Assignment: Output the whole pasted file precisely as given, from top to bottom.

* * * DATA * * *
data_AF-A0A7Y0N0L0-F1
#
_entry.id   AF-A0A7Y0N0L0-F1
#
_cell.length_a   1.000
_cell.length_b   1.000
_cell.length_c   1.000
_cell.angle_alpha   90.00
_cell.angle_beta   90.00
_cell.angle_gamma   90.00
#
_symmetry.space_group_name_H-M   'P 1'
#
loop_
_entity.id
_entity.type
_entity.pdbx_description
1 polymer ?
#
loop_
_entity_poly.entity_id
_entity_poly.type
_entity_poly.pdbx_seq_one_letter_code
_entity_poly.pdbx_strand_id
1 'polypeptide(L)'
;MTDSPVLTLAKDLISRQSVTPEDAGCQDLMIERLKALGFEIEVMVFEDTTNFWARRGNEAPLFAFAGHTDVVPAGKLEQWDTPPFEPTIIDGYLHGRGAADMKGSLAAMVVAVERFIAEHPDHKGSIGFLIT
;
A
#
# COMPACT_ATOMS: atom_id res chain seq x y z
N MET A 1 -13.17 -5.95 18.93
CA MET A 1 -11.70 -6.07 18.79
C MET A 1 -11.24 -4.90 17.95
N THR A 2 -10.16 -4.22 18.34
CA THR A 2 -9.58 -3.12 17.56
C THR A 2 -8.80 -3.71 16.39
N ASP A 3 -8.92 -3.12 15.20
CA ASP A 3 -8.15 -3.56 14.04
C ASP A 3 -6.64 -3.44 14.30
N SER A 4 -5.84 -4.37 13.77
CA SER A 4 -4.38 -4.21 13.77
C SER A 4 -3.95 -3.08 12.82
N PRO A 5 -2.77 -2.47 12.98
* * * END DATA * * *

data_AF-A0A7Y0N0L0-F1
#
_entry.id   AF-A0A7Y0N0L0-F1
#
_cell.length_a   1.000
_cell.length_b   1.000
_cell.length_c   1.000
_cell.angle_alpha   90.00
_cell.angle_beta   90.00
_cell.angle_gamma   90.00
#
_symmetry.space_group_name_H-M   'P 1'
#
loop_
_entity.id
_entity.type
_entity.pdbx_description
1 polymer ?
#
loop_
_entity_poly.entity_id
_entity_poly.type
_entity_poly.pdbx_seq_one_letter_code
_entity_poly.pdbx_strand_id
1 'polypeptide(L)'
;MTDSPVLTLAKDLISRQSVTPEDAGCQDLMIERLKALGFEIEVMVFEDTTNFWARRGNEAPLFAFAGHTDVVPAGKLEQWDTPPFEPTIIDGYLHGRGAADMKGSLAAMVVAVERFIAEHPDHKGSIGFLIT
;
A
#
# COMPACT_ATOMS: atom_id res chain seq x y z
N MET A 1 -13.17 -5.95 18.93
CA MET A 1 -11.70 -6.07 18.79
C MET A 1 -11.24 -4.90 17.95
N THR A 2 -10.16 -4.22 18.34
CA THR A 2 -9.58 -3.12 17.56
C THR A 2 -8.80 -3.71 16.39
N ASP A 3 -8.92 -3.12 15.20
CA ASP A 3 -8.15 -3.56 14.04
C ASP A 3 -6.64 -3.44 14.30
N SER A 4 -5.84 -4.37 13.77
CA SER A 4 -4.38 -4.21 13.77
C SER A 4 -3.95 -3.08 12.82
N PRO A 5 -2.77 -2.47 12.98